4. Expert Power is the extent to which a person controls information which is valuable to someone else. Expert power has been achieved through experiences and training that have marked his/her business career. Example, an inventory manager has information that a sales representative needs, the inventory manager has expert power over the sales representative. The more important the information, and the fewer the alternative sources for getting it, the greater the power.

5. Referent Power is gained by being admired by subordinates in an organization. Persons or leaders with referent power have gained it through entrusting their subordinates with increased responsibilities and how to perform their jobs. Referent power is mostly used in those organization where employee turnover is low and in an environment where personal relationships can be improved.


Position Power VS. Personal Power

Position Power is the power that resides in the position, regardless of who holds it. The legitimate, reward, and some aspects of coercive, expert power can all contributes to position power. Position power is similar to authority. While creating position an organization establishes power range for that position. The person filling that position has the control within his sphere of power. He or she cannot order or control activities that fall outside his or her sphere of power.

Personal Power resides in the person, rather than of the position he or she is filling in the organization. The primary bases of personal powers are referent, and some traces of expert, coercive & reward powers. A person with personal power can inspire greater loyalty & dedication compared to a person with position power. The followers will be acting more from choice than from necessity and will respond more readily to requests & appeals. The influence of a person with personal power is limited as the subordinates may freely decide not to accept orders.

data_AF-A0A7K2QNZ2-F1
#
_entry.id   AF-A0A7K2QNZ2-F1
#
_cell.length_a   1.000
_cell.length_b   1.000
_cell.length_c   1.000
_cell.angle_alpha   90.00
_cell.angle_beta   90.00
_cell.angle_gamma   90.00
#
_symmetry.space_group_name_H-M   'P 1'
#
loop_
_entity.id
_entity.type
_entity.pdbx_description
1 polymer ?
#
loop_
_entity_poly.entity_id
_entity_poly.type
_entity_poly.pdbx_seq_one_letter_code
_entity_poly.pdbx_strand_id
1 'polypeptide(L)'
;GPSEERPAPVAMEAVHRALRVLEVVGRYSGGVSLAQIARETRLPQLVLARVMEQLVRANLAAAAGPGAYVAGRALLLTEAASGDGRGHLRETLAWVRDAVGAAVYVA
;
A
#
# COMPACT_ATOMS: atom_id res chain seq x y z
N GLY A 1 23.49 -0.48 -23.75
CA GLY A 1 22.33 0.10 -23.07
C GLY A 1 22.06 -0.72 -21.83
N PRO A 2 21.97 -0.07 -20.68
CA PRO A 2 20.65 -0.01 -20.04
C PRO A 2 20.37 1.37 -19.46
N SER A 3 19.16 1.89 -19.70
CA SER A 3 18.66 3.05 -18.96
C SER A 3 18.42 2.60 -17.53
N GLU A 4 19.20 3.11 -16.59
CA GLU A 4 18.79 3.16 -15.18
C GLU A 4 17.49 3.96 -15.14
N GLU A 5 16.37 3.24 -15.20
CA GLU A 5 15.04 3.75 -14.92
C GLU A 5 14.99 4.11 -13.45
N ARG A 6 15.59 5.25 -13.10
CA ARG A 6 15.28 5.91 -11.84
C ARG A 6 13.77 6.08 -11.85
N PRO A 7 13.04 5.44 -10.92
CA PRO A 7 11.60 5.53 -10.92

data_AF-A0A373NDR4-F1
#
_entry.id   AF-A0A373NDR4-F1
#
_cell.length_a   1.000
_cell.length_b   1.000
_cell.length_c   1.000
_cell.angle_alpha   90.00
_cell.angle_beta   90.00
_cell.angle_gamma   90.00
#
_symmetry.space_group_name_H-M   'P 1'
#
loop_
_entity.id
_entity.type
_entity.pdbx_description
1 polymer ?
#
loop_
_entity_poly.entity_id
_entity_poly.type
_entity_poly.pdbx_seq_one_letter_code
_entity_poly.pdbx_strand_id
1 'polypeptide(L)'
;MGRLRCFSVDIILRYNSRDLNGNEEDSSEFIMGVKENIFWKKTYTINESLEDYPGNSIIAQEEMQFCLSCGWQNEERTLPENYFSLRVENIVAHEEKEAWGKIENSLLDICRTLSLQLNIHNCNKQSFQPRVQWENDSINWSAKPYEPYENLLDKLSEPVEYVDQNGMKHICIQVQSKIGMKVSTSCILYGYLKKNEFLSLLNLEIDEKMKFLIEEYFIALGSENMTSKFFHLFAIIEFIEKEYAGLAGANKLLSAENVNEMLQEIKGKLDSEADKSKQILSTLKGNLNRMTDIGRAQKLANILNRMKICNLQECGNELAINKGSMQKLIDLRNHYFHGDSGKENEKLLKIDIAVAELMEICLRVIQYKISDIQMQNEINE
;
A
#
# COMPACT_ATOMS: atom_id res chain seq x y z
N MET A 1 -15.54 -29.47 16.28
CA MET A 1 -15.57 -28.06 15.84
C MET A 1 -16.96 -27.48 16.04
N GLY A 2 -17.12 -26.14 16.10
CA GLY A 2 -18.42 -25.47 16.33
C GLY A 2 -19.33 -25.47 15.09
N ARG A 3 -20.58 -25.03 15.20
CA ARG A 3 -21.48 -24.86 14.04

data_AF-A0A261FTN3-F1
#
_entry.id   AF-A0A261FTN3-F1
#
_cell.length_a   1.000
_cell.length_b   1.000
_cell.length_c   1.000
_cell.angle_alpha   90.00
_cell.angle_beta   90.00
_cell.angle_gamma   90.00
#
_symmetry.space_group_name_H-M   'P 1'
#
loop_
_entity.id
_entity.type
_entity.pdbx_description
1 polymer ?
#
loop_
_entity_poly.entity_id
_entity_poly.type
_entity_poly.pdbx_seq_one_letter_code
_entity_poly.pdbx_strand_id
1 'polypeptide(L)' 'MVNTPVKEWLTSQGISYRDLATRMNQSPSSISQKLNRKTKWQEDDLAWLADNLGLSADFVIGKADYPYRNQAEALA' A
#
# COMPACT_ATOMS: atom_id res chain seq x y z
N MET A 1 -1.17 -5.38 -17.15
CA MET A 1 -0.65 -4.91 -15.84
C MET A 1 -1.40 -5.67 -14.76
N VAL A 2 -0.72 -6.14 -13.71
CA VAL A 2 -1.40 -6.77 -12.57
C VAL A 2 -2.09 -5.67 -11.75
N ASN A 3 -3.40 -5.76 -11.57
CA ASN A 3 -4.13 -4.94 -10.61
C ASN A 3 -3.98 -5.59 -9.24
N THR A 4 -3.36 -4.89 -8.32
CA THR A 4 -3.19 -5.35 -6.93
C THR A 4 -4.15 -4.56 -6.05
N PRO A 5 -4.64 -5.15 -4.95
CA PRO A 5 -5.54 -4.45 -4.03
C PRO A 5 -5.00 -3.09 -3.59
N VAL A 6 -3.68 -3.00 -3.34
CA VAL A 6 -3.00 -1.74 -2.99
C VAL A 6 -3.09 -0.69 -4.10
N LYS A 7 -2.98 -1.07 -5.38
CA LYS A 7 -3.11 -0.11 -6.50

The Uses of Power in an Organization

Powers can be used in many ways in an organization but it’s important for managers to understand how to use them rather than misusing it. Gary Yukl has developed a perspective how the power can be implemented. The perspectives consist of two closely related components. The first relates power bases, requests from individuals possessing power and probable outcomes in the form of prescriptions for the manager.

There are three possible outcomes when a manager tries to implement the power. These outcomes depend on the leader’s base of power, how the base is operationalized & subordinate’s individual characteristics.

  1. Commitments will result from an attempt to exercise power if the subordinate accepts and identifies with the leader. Such an employee will be motivated by the requests that seem important to the leader.
  2. Compliance refers that subordinates will do given task accordingly. Subordinates will do nothing extra or go beyond expectation of the job. Subordinates will not do any overtime.
  3. Resistance: this occurs when subordinates do not follow the orders or commands of the leaders. Here, subordinate fights or rejects leader’s wishes.